merce had led to opulence, and who repaid the comThe . Ayrshire Legatees' is a story of the same pliment by ennobling his origin and pursuits with cast as the Annals, and describes (chiefly by means taste, munificence, and genius. He was one of three of correspondence) the adventures of another coun- brothers, wealthy merchants in Amsterdam. When try minister and his family on a journey to London a young man, he spent some years in foreign travel, to obtain a rich legacy left him by a cousin in India. visiting the principal places in Europe, Asia, and • The Provost' is another portraiture of Scottish Africa. On his return he settled in London, parlife, illustrative of the jealousies, contentions, local chased a large house, and a country mansion (Deepimprovements, and jobbery of a small burgh in the dene, near Dorking), and embellished both with olden time. Some of the descriptions in this work drawings, picture galleries, sculpture, amphitheatres are very powerfully written. 'Sir Andrew Wylie' for antiques, and all other rare and costly appliances. and “The Entail' are more regular and ambitious His appearances as an author arose out of these performances, treble the length of the others, but favourite occupations and studies. In 1805 he pubnot so carefully finished. The pawkie Ayrshire lished a folio volume of drawings and descriptions, baronet is humorous, but not very natural. The entitled Household Furniture and Decorations. The character of Leddy Grippy in ‘The Entail’ was a ambitious style of this work, and the author's devo. prodigious favourite with Byron. Both Scott and tion to the forms of chairs, sofas, couches, and tables, Byron, it is said, read this novel three times over provoked a witty piece of ridicule in the Edinburgh no slight testimony to its merits. We should be Review ; but the man of taste and virtu triumphed. disposed, however, to give the preference to another A more classical and appropriate style of furniture and of Mr Galt's three-volume fictions, ‘Lawrie Todd, domestic utensils gained ground; and with Mr Hope or the Settlers,' a work which seems to have no rests the honour of having achieved the improveparallel, since Defoe, for apparent reality, knowledgement. Two other splendid publications proceeded of human nature, and fertility of invention. The from Mr Hope, The Costume of the Ancients (1809), history of a real individual, a man named Grant and Designs of Modern Costumes (1812), both works Thorburn, supplied the author with part of his evincing extensive knowledge and curious research. incidents, as the story of Alexander Selkirk did In 1819 Mr Hope burst forth as a novelist of the first Defoe; but the mind and the experience of Galt are order. He had studied human nature as well as stamped on almost every page. In his former pro- architecture and costume, and his early travels had ductions our author wrought with his recollections exhibited to him men of various creeds and countries. of the Scotland of his youth ; the mingled worth, The result was Anastasius, or Memoirs of a Modern simplicity, pawkiness, and enthusiasm which he had Greek, written at the Close of the Eighteenth Century, scen or heard of as he loitered about Irvine or in three volumes. The author's name was not pre-. || Greenock, or conversed with the country sires and fixed to the work-as it was given forth as a veritmatrons; but in ‘Lawrie Todd' we have the fruit of able history — but the secret soon became known, his observations in the New World, presenting an and Mr Hope, from being reputed as something like entirely different and original phase of the Scottish a learned upholsterer, or clever draughtsman, was character. Lawrie is by trade a nailmaker, who at once elevated into a rivalry with Byron as a glov. emigrates with his brother to America, and their ing painter of foreign scenery and manners, and with stock of worldly goods and riches, on arriving at Le Sage and the other masters of the novel, in the New York, consisted of about five shillings in money, art of conducting a fable and delineating character. and an old chest containing some articles of dress The author turned from fiction to metaphysics, and and other necessaries. Lawrie works hard at the composed a work on the Origin and Prospects of Man, nailmaking, marries a pious and industrious maiden which he did not live to see through the press, but (who soon dies), and in time becomes master of a which was published after his decease. His cosmogrocer's shop, which he exchanges for the business gony is strange and unorthodox; but amidst his of a seedsman. The latter is a bad affair, and Lawrie paradoxes, conceits, and abstruse speculations, are is compelled to sell all off, and begin the world again, many ingenious views and eloquent disquisitions He removes with his family to the backwoods, and Mr Hope died on the 3d of February 1831, and proonce more is prosperous. He clears, builds, purchases bate was granted for £180,000 personal property. land, and speculates to great advantage, till he is at Mr Beckford and Vathek' are the only parallels to length enabled to return to Scotland in some style, Mr Hope and 'Anastasius' in oriental wealth and and visit the place of his nativity. This Scottish imagination. jaunt is a blemish in the work, for the incidents * Anastasius' is one of the most original and dazzand descriptions are ridiculously exaggerated; but ling of modern romances. The hero is, like Zelucu,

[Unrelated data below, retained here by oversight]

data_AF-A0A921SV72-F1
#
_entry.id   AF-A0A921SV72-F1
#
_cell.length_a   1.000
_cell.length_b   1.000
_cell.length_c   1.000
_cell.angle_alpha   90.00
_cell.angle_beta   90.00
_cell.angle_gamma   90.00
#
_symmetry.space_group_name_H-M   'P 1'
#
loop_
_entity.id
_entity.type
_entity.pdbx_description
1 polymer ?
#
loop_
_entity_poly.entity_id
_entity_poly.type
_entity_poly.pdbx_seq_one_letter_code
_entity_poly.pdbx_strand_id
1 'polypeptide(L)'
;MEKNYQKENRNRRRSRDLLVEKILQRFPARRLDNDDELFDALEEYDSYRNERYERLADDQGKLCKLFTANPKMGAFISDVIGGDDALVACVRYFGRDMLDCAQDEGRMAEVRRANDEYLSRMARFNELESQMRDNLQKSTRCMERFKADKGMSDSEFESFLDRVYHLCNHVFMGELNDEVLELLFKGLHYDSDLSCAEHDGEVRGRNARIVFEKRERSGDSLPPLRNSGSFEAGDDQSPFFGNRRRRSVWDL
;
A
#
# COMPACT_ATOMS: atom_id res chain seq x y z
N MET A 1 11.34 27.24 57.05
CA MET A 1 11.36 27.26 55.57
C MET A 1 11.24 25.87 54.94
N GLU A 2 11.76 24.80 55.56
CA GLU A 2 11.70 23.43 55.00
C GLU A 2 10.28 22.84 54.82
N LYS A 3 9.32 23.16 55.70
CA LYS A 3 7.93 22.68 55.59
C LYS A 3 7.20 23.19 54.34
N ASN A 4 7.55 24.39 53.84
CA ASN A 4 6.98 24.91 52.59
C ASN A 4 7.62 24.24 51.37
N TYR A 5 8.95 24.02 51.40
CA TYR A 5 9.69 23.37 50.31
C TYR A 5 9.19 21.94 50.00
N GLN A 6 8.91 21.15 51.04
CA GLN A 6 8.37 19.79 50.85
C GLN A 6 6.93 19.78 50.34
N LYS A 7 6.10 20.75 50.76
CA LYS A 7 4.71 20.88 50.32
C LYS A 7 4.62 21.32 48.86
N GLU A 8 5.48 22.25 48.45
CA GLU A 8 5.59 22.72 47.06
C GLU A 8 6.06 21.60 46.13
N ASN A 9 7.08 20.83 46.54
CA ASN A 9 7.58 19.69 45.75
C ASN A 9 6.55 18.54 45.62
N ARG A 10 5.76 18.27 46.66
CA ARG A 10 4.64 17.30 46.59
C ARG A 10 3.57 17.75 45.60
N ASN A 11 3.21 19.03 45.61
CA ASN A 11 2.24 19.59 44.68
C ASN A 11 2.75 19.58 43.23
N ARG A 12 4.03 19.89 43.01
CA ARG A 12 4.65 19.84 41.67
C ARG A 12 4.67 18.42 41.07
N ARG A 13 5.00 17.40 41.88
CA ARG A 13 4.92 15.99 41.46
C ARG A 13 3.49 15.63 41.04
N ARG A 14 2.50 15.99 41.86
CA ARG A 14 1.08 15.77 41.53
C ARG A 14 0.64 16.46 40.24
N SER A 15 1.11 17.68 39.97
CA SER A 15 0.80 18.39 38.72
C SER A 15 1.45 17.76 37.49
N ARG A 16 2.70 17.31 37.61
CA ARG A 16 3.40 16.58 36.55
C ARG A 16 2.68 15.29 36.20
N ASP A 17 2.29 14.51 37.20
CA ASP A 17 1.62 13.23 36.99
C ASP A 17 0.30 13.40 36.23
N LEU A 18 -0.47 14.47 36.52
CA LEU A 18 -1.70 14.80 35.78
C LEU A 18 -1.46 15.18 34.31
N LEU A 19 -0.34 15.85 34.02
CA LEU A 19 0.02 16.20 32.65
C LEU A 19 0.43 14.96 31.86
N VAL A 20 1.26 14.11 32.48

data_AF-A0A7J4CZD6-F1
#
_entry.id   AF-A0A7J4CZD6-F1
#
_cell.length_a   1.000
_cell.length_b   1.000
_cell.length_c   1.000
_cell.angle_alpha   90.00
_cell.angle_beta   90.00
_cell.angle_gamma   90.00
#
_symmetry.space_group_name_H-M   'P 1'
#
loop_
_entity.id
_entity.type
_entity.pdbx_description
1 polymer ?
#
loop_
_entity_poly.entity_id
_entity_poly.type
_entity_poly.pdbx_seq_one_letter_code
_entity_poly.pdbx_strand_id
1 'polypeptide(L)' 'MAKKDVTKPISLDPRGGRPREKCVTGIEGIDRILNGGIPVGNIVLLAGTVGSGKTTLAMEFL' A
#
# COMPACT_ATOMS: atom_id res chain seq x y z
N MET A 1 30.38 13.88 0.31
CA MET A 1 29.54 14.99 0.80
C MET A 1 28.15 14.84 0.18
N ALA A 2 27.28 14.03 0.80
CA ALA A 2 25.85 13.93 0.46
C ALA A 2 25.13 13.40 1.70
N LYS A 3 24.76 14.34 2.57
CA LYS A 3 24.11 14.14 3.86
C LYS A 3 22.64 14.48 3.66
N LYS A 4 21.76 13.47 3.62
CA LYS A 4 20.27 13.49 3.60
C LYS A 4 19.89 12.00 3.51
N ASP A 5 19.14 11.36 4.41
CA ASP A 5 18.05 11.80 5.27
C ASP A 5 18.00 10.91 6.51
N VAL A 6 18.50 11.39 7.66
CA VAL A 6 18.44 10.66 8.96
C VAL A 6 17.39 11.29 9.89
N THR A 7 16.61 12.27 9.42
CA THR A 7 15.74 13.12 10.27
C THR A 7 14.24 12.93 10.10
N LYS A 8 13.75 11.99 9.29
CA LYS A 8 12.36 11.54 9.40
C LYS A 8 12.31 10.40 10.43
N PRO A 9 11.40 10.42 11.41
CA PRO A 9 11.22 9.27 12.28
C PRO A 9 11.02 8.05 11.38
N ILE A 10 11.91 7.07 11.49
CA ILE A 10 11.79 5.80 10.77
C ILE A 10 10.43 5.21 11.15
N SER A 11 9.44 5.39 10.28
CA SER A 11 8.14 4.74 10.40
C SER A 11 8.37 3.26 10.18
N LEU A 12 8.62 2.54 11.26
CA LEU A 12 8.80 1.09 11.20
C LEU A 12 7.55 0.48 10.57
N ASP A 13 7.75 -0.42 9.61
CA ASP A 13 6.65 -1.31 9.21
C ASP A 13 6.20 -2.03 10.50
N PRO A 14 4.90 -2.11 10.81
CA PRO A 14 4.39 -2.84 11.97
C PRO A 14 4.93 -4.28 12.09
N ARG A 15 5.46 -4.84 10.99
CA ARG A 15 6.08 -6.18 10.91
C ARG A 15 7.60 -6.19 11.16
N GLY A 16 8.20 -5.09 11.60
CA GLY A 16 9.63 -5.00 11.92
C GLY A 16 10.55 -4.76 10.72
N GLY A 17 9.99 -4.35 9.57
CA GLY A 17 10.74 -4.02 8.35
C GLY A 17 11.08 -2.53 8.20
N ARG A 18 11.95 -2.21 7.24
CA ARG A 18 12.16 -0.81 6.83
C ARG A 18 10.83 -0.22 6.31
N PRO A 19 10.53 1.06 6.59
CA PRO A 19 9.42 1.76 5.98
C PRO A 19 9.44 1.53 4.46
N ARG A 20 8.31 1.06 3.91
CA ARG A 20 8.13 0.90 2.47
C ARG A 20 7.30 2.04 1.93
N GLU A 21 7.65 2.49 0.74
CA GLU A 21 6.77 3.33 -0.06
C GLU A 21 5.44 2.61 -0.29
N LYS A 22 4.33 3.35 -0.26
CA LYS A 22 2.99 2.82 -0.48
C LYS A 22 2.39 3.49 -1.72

a villain spoiled by early indulgence; he becomes a ing, still so fresh, so erect on its stalk, at mid-day renegade to his faith, a mercenary, a robber, and hung its heavy head, discoloured, wan, and fading; an assassin; but the elements of a better nature are but so frequently had the billows, during the fury of sown in his composition, and break forth at times the storm, drenched my boy's little crib, that I could He is a native of Chios, the son of Greek parents. not wonder he should have felt their effects in a severe To avoid the consequences of an amour with Helena, cold. I put him to bed, and tried to hush him to the consul's daughter, he runs off to sea in a Vene- sleep. Soon, however, his face grew flushed, and his tian vessel, which is boarded by pirates and cap- pulse became feverish. I failed alike in my endeatured. The pirates are in turn taken by a Turkish vours to procure him repose and to afford him amusefrigate, and carried before Hassan Pasha. Anasta- ment: but, though playthings were repulsed, and sius is released, fights with the Turks in the war tales no longer attended to, still he could not bear against the Araonoots, and accompanies the Greek me an instant out of his sight; nor would he take drogueman to Constantinople. Disgrace and beg. anything except at my hands. Even when--as too gary reduce him to various shifts and adventures. soon it did-his reason began to wander, his filial He follows a Jew quack doctor selling nostrums-is affection retained its pristine hold of his heart. It thrown into the Bagnio, or state prison-afterwards had grown into an adoration of his equally doting embraces the Turkish faith-revisits Greece--pro- father; and the mere consciousness of my presence ceeds to Egyptand subsequently ranges over Ara- seemed to relieve his uneasiness. bia, and visits Malta, Sicily, and Italy. His in